Friday, 27 June 2008

Net-generation naturally multitask. Those of us born before the digital age have to struggle against our natural tendency to do one thing at a time and, for this reason, are disadvantaged in terms of learning. Of course everyone has come across these clich├ęs, but, recently, to my relief, I have been reading several articles and blog posts about ‘multitasking’ and learning (The Myths of the Digital Generation, Digital Nativism - Digital Delusions and Digital Deprivation, Digital natives and immigrants: A concept beyond its best before date and Thinking: a challengeable position on learning 2.0 and the incumbent). A very recent article about this topic called The Myth of Multitasking by Christine Rosen has had the powerful effect of making me stop reading and write this post. The whole article is worth reading, but I’m copying the final words here since they express SO nicely what I’ve felt for a long time and never had the talent/wisdom to express.


For the younger generation of multitaskers, the great electronic din is an expected part of everyday life. And given what neuroscience and anecdotal evidence have shown us, this state of constant intentional self-distraction could well be of profound detriment to individual and cultural well-being. When people do their work only in the “interstices of their mind-wandering,” with crumbs of attention rationed out among many competing tasks, their culture may gain in information, but it will surely weaken in wisdom.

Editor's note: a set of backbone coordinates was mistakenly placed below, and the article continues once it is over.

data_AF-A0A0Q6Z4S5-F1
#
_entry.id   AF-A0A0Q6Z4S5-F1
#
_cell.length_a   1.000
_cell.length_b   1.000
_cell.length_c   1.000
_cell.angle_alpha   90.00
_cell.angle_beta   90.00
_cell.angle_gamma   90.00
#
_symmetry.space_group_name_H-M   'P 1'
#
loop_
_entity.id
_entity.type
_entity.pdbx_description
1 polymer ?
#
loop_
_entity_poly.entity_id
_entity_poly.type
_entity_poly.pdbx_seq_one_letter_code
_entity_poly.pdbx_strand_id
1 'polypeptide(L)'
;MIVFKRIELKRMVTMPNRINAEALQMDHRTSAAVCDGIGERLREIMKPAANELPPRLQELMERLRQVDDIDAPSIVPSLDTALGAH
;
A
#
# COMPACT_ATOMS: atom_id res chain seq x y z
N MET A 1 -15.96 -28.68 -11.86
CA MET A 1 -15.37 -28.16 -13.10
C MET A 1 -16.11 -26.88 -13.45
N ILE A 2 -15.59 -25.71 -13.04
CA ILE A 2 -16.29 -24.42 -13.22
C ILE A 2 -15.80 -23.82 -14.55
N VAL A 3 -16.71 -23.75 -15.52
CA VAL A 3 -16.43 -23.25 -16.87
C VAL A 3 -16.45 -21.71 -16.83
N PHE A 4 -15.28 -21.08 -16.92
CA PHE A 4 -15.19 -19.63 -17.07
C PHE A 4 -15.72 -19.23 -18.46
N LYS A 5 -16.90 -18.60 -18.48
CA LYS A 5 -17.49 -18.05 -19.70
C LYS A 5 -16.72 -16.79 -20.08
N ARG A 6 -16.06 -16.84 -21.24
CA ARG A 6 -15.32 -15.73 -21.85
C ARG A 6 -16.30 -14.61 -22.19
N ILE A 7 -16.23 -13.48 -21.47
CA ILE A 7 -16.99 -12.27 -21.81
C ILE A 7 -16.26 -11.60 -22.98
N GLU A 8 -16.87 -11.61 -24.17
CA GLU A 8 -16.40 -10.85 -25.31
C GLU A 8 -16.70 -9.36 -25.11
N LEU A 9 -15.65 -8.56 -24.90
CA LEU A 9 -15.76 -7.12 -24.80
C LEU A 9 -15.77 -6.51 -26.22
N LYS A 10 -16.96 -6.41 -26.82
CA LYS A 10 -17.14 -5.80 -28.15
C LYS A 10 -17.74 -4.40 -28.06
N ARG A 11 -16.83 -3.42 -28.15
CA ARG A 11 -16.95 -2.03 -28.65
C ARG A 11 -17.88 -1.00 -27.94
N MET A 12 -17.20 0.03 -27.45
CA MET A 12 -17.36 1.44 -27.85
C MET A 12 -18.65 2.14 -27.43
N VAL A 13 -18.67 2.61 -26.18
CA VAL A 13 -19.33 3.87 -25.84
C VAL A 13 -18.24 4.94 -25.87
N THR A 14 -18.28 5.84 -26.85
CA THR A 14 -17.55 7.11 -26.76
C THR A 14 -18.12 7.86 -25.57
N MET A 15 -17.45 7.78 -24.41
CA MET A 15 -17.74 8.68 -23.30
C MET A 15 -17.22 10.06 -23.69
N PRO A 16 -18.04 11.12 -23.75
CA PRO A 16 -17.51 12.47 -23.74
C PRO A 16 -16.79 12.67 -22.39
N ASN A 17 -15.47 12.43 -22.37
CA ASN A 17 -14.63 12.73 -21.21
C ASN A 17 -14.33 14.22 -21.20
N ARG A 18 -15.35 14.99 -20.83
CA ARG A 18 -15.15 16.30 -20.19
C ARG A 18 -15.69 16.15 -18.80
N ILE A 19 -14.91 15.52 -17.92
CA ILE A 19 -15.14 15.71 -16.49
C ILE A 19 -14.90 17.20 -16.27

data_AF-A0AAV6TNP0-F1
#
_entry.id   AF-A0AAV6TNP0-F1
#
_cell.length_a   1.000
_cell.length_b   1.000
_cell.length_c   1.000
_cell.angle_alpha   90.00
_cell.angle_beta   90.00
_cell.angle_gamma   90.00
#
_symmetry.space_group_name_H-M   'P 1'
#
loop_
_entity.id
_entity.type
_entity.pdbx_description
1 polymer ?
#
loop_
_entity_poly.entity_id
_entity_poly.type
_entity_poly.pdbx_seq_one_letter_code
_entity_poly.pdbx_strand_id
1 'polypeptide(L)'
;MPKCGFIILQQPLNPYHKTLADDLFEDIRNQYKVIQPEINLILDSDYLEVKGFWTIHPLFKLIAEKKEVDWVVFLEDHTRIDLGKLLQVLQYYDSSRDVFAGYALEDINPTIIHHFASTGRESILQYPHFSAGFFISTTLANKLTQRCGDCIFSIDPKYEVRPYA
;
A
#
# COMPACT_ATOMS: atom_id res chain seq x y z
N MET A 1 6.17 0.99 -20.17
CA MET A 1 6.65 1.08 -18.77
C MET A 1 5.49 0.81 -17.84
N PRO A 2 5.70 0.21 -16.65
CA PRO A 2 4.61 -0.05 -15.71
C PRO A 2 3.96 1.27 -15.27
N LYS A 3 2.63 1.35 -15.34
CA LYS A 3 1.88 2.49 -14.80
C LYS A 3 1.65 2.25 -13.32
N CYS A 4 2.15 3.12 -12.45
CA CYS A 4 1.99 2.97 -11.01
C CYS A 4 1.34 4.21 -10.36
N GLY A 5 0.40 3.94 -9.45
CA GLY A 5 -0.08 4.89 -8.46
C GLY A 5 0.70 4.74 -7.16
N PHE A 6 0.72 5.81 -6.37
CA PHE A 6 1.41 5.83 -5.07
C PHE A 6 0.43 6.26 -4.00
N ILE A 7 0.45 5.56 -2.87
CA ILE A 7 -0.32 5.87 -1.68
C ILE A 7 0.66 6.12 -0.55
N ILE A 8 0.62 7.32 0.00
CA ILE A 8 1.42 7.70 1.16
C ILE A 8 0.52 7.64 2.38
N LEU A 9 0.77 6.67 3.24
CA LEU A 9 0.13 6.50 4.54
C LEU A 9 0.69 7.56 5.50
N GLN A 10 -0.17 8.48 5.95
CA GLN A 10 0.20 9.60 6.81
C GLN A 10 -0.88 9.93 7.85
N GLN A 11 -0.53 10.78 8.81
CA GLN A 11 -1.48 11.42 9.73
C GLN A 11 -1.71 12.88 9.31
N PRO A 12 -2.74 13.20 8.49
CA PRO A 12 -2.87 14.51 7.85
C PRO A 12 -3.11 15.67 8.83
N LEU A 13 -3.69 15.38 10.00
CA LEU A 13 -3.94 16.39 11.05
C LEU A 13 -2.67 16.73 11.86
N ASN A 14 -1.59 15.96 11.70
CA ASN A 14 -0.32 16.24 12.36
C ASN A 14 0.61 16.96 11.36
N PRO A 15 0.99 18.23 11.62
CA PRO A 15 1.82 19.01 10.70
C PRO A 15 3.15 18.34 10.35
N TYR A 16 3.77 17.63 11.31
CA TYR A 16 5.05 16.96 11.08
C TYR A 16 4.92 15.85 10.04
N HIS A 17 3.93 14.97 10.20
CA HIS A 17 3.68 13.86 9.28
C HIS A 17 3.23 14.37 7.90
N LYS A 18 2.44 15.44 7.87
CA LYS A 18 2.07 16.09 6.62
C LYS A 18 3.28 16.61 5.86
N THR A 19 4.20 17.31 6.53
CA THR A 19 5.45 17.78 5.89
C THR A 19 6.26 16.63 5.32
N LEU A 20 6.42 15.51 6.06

Perhaps I have fallen into the same trap I’ve been warning people about. Perhaps I’ve been multitasking too much, shallow-reading too much, focusing too little to be able to articulate in written words what I feel I know. George Siemens warns us, “I wonder if the criticism of multitasking isn't partly misplaced...i.e. perhaps we just have much more noise in our world today (video games, TV, podcasts, blogs, youtube) and the key task is one of knowing when to experience multiple information sources and when to focus.” But how can we tell the difference between noise and real learning opportunities when we are constantly being told that everything in life, such as chatting with friends, watching Big Brother, taking and sharing pictures, checking Twitter to find what other people are doing—huh???, etc., all represents real learning opportunities? Perhaps I’m too old to be able to decide when to give my divided attention or when to focus, unless I focus to figure that out.

5 comments:

Nichthus said...

Nice one Anamaria. The questions you ask at the end are precisely those that caused me to stop blogging at BCNZer! http://ebcnzer.blogspot.com/

;o)

Mark.

Anamaria Camargo said...

Thanks for the feedback, Mark.

I understand your decision about not blogging anymore, but I have to say that I was -- am! -- quite sorry to read that. I think more than ever we need balanced opinions in the edubloggosphere. I'm goig to miss you.

Norma said...
This comment has been removed by the author.
Norma Bam said...

Hi Anamaria. I believe that multitasking is one of these skills that pertain to some. Of those, just some can learn while multitasking. As a high school and college teacher, I face the challenging task of distinguishing how much technology to use and allow my students to access during instruction. For the time being, I'm OK with "let's meet half way until we figure this out". In my deepest thoughts I perceive this "noise" as disruptive to actual learning. I like the quote, "the younger generation of multitaskers, ..." and would be curious to know the source (Christine Rosen?)

Anamaria Camargo said...

Hi Bam! So nice to hear from you :) I imagine how hard it is for you to reach a balance with your students. The quote I put in my post is ondeed part pf the artice written by Christine Rosen. Beijos.